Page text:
Once Facebook's Live Video service came to the iPhone, Android users didn't have to wait very long for their turn. Less than a month after Facebook launched Live Video streaming to iPhone users in the United States, it's doing the same for Android users.
On its news page, Facebook said it would start its Android rollout over the next week in the U.S. with Android support coming to other countries later. Facebook CEO Mark Zuckerberg announced the Android launch Feb. 26th, during a town hall Q&A session in Berlin.
Easy To Use
Facebook Live (pictured above) is a way for users to share their experiences and perspectives in real time, whether the users want to broadcast to friends or colleagues, or public figures who want to connect with fans and followers, according to the company. Once the live video is broadcast, friends and followers can respond with comments. The stream is then saved to the broadcaster's Timeline so it can be watched again later.
Facebook did not address possible business applications for the app, but presumably any company with its own Facebook page could use Live Video to reach users who follow and like their companies.
"Live videos on Facebook are authentic and exciting, and we're seeing people tuning in and engaging directly with broadcasters in the moment," said Facebook product manager Vadim Lavrusik and engineering manager Dave Capra in a blog post.
To share live video, users need to tap the button reading "What's on your mind?" at the top of their News Feeds and select the Live Video icon. From there they can write quick descriptions and select who has access to the videos before sending them out live.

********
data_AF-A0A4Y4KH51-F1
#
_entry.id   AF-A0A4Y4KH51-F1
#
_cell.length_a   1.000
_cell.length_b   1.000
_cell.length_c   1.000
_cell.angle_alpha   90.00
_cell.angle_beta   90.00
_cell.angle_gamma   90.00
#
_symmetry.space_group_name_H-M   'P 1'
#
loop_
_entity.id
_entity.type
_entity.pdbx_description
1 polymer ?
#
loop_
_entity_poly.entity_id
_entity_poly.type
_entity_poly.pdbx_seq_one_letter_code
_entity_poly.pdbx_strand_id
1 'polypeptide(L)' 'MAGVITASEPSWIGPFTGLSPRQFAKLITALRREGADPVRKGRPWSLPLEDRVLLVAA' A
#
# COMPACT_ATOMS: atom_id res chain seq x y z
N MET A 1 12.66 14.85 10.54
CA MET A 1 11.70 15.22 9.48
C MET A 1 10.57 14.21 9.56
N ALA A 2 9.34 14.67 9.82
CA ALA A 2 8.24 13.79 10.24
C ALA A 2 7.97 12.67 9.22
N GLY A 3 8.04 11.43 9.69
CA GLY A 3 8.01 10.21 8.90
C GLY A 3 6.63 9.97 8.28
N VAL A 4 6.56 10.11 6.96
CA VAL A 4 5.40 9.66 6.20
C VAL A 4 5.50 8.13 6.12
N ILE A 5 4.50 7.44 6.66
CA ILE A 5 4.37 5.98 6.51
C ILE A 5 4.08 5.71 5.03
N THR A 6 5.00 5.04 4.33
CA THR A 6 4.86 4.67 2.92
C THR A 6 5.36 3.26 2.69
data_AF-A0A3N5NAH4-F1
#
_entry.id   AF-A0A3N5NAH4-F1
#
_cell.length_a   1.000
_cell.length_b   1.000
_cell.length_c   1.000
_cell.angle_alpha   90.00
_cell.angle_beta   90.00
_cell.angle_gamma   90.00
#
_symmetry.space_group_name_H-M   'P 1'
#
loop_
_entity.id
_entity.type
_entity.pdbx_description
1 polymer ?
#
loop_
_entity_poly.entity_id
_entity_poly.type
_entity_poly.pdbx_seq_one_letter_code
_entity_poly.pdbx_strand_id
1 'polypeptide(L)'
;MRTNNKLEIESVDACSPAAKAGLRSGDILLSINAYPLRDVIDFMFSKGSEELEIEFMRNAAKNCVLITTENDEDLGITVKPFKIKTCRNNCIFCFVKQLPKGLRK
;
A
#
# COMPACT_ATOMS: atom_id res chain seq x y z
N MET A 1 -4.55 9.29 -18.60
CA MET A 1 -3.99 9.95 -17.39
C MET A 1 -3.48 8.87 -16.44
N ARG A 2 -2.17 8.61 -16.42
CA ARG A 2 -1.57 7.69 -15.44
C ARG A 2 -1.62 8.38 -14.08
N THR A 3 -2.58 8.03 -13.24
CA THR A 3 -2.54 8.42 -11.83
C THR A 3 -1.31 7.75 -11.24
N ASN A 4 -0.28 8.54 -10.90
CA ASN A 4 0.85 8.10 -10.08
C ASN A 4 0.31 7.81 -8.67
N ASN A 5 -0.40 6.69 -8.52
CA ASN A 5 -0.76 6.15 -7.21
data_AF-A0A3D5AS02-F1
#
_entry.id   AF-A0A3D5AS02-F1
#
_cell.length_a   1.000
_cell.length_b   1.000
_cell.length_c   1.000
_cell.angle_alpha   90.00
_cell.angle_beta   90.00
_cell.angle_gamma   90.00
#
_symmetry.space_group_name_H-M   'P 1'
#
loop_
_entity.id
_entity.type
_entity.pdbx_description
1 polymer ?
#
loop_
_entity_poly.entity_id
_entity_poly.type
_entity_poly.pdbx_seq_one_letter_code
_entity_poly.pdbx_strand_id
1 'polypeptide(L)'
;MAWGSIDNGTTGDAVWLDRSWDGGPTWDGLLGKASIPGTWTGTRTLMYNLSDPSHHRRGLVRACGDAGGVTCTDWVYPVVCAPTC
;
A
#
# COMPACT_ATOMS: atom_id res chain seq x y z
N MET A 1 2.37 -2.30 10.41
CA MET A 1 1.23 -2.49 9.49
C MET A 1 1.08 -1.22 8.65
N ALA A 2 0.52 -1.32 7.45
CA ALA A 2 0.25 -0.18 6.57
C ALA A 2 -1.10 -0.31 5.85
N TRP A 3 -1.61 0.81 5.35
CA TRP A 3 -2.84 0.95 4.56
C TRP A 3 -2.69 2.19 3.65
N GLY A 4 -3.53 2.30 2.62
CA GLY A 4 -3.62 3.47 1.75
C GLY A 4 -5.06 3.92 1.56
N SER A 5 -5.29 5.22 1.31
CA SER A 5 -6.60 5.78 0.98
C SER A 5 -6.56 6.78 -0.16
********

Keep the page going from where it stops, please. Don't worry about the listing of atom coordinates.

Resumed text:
While the videos are being broadcast, the users will see the number of live viewers, the names of people who are tuning in, and have the ability to respond to real-time comments. Conversely, users can use the feature to discover live videos from their friends and the public figures they follow via their News Feed. While watching a live video, users can tap the Subscribe button to get notifications the next time the broadcaster releases more live videos.
Live Is Used More Frequently
Facebook said that the average user of its app spends three times as many minutes watching live video than watching video that is not live. Facebook also pointed out that more than half of the people watching live videos are using Android devices to do so. In addition to the Live Video rollout to Android users in the U.S., Facebook is expanding live video streaming to iOS users in 30 other countries.
The new initiative represents Facebook’s effort to take on Twitter in the live-video arena. Twitter-owned Periscope is currently one of the most popular live-streaming video apps. Also, the independent startup Meerkat works with Facebook’s API but is no longer functional on Twitter’s platform.
Image Credit: Facebook.